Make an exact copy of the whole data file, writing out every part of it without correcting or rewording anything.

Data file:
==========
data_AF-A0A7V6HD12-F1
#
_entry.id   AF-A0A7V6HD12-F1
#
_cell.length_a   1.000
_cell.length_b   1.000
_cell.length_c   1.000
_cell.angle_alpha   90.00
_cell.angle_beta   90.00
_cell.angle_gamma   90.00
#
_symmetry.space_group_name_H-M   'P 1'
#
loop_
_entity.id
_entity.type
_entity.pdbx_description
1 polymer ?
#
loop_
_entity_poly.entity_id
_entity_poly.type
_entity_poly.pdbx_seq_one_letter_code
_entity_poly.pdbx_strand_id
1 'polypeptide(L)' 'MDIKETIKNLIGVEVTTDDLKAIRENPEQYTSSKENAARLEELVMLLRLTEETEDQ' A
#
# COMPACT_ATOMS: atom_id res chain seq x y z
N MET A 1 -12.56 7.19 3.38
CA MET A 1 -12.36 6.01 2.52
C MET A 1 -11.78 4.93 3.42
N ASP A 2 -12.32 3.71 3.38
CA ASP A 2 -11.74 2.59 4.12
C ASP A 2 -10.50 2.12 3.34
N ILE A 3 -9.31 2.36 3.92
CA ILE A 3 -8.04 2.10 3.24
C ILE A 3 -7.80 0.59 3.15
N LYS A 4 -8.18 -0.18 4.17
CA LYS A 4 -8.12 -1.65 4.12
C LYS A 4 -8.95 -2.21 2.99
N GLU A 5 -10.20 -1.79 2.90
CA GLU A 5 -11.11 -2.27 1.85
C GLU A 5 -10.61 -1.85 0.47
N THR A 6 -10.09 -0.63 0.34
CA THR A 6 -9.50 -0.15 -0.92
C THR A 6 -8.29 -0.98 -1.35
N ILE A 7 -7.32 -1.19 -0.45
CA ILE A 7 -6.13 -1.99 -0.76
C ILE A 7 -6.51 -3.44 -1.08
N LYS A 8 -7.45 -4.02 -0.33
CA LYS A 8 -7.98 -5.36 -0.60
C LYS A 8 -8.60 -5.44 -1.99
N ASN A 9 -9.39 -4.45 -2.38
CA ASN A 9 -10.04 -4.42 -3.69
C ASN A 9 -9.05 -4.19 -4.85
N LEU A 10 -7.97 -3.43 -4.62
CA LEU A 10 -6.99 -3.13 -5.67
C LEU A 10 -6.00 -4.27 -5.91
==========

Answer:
data_AF-A0A7V6HD12-F1
#
_entry.id   AF-A0A7V6HD12-F1
#
_cell.length_a   1.000
_cell.length_b   1.000
_cell.length_c   1.000
_cell.angle_alpha   90.00
_cell.angle_beta   90.00
_cell.angle_gamma   90.00
#
_symmetry.space_group_name_H-M   'P 1'
#
loop_
_entity.id
_entity.type
_entity.pdbx_description
1 polymer ?
#
loop_
_entity_poly.entity_id
_entity_poly.type
_entity_poly.pdbx_seq_one_letter_code
_entity_poly.pdbx_strand_id
1 'polypeptide(L)' 'MDIKETIKNLIGVEVTTDDLKAIRENPEQYTSSKENAARLEELVMLLRLTEETEDQ' A
#
# COMPACT_ATOMS: atom_id res chain seq x y z
N MET A 1 -12.56 7.19 3.38
CA MET A 1 -12.36 6.01 2.52
C MET A 1 -11.78 4.93 3.42
N ASP A 2 -12.32 3.71 3.38
CA ASP A 2 -11.74 2.59 4.12
C ASP A 2 -10.50 2.12 3.34
N ILE A 3 -9.31 2.36 3.92
CA ILE A 3 -8.04 2.10 3.24
C ILE A 3 -7.80 0.59 3.15
N LYS A 4 -8.18 -0.18 4.17
CA LYS A 4 -8.12 -1.65 4.12
C LYS A 4 -8.95 -2.21 2.99
N GLU A 5 -10.20 -1.79 2.90
CA GLU A 5 -11.11 -2.27 1.85
C GLU A 5 -10.61 -1.85 0.47
N THR A 6 -10.09 -0.63 0.34
CA THR A 6 -9.50 -0.15 -0.92
C THR A 6 -8.29 -0.98 -1.35
N ILE A 7 -7.32 -1.19 -0.45
CA ILE A 7 -6.13 -1.99 -0.76
C ILE A 7 -6.51 -3.44 -1.08
N LYS A 8 -7.45 -4.02 -0.33
CA LYS A 8 -7.98 -5.36 -0.60
C LYS A 8 -8.60 -5.44 -1.99
N ASN A 9 -9.39 -4.45 -2.38
CA ASN A 9 -10.04 -4.42 -3.69
C ASN A 9 -9.05 -4.19 -4.85
N LEU A 10 -7.97 -3.43 -4.62
CA LEU A 10 -6.99 -3.13 -5.67
C LEU A 10 -6.00 -4.27 -5.91